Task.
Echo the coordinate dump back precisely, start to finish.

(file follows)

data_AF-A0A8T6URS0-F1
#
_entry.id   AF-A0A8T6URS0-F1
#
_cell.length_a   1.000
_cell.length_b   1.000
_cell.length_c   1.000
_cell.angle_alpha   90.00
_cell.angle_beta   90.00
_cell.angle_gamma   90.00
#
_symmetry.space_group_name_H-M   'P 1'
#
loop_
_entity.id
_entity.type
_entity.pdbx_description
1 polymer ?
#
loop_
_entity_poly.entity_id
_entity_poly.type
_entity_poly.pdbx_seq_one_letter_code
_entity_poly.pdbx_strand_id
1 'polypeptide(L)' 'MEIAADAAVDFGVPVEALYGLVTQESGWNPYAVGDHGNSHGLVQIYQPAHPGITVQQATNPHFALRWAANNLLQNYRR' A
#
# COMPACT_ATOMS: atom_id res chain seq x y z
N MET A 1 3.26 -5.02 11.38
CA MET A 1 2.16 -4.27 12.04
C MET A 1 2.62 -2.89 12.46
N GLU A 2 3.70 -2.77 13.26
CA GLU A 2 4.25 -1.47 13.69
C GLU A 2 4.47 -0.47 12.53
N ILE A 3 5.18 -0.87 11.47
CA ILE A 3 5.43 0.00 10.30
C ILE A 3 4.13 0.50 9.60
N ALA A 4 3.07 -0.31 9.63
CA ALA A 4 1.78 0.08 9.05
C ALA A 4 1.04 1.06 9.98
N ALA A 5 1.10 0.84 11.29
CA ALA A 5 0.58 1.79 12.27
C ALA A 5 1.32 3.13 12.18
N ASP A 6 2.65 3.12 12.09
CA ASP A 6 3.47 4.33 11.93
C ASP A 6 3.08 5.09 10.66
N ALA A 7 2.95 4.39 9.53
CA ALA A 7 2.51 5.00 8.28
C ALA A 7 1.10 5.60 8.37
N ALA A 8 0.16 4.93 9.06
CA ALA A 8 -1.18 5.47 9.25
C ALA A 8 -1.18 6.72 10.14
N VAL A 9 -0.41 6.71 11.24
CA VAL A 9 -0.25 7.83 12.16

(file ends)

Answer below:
data_AF-A0A8T6URS0-F1
#
_entry.id   AF-A0A8T6URS0-F1
#
_cell.length_a   1.000
_cell.length_b   1.000
_cell.length_c   1.000
_cell.angle_alpha   90.00
_cell.angle_beta   90.00
_cell.angle_gamma   90.00
#
_symmetry.space_group_name_H-M   'P 1'
#
loop_
_entity.id
_entity.type
_entity.pdbx_description
1 polymer ?
#
loop_
_entity_poly.entity_id
_entity_poly.type
_entity_poly.pdbx_seq_one_letter_code
_entity_poly.pdbx_strand_id
1 'polypeptide(L)' 'MEIAADAAVDFGVPVEALYGLVTQESGWNPYAVGDHGNSHGLVQIYQPAHPGITVQQATNPHFALRWAANNLLQNYRR' A
#
# COMPACT_ATOMS: atom_id res chain seq x y z
N MET A 1 3.26 -5.02 11.38
CA MET A 1 2.16 -4.27 12.04
C MET A 1 2.62 -2.89 12.46
N GLU A 2 3.70 -2.77 13.26
CA GLU A 2 4.25 -1.47 13.69
C GLU A 2 4.47 -0.47 12.53
N ILE A 3 5.18 -0.87 11.47
CA ILE A 3 5.43 0.00 10.30
C ILE A 3 4.13 0.50 9.60
N ALA A 4 3.07 -0.31 9.63
CA ALA A 4 1.78 0.08 9.05
C ALA A 4 1.04 1.06 9.98
N ALA A 5 1.10 0.84 11.29
CA ALA A 5 0.58 1.79 12.27
C ALA A 5 1.32 3.13 12.18
N ASP A 6 2.65 3.12 12.09
CA ASP A 6 3.47 4.33 11.93
C ASP A 6 3.08 5.09 10.66
N ALA A 7 2.95 4.39 9.53
CA ALA A 7 2.51 5.00 8.28
C ALA A 7 1.10 5.60 8.37
N ALA A 8 0.16 4.93 9.06
CA ALA A 8 -1.18 5.47 9.25
C ALA A 8 -1.18 6.72 10.14
N VAL A 9 -0.41 6.71 11.24
CA VAL A 9 -0.25 7.83 12.16